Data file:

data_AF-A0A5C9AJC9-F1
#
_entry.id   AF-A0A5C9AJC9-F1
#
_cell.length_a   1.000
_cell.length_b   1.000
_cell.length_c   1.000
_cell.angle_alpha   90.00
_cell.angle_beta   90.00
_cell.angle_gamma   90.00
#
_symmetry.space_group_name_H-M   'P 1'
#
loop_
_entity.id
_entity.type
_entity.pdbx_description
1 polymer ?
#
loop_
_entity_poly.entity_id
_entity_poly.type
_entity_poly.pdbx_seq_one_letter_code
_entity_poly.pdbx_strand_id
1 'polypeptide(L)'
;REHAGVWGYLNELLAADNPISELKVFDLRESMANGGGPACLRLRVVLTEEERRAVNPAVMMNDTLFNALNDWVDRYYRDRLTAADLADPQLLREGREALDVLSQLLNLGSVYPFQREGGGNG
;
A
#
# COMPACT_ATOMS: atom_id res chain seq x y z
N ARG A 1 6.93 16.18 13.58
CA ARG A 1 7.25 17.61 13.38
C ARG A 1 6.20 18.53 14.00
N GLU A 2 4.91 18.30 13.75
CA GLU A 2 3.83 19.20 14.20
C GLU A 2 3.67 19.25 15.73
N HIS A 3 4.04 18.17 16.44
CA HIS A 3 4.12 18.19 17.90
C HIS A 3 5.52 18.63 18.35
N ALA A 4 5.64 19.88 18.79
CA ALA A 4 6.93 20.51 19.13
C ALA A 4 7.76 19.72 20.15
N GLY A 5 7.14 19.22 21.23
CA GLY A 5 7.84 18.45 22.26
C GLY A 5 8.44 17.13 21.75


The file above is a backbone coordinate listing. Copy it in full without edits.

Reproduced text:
data_AF-A0A5C9AJC9-F1
#
_entry.id   AF-A0A5C9AJC9-F1
#
_cell.length_a   1.000
_cell.length_b   1.000
_cell.length_c   1.000
_cell.angle_alpha   90.00
_cell.angle_beta   90.00
_cell.angle_gamma   90.00
#
_symmetry.space_group_name_H-M   'P 1'
#
loop_
_entity.id
_entity.type
_entity.pdbx_description
1 polymer ?
#
loop_
_entity_poly.entity_id
_entity_poly.type
_entity_poly.pdbx_seq_one_letter_code
_entity_poly.pdbx_strand_id
1 'polypeptide(L)'
;REHAGVWGYLNELLAADNPISELKVFDLRESMANGGGPACLRLRVVLTEEERRAVNPAVMMNDTLFNALNDWVDRYYRDRLTAADLADPQLLREGREALDVLSQLLNLGSVYPFQREGGGNG
;
A
#
# COMPACT_ATOMS: atom_id res chain seq x y z
N ARG A 1 6.93 16.18 13.58
CA ARG A 1 7.25 17.61 13.38
C ARG A 1 6.20 18.53 14.00
N GLU A 2 4.91 18.30 13.75
CA GLU A 2 3.83 19.20 14.20
C GLU A 2 3.67 19.25 15.73
N HIS A 3 4.04 18.17 16.44
CA HIS A 3 4.12 18.19 17.90
C HIS A 3 5.52 18.63 18.35
N ALA A 4 5.64 19.88 18.79
CA ALA A 4 6.93 20.51 19.13
C ALA A 4 7.76 19.72 20.15
N GLY A 5 7.14 19.22 21.23
CA GLY A 5 7.84 18.45 22.26
C GLY A 5 8.44 17.13 21.75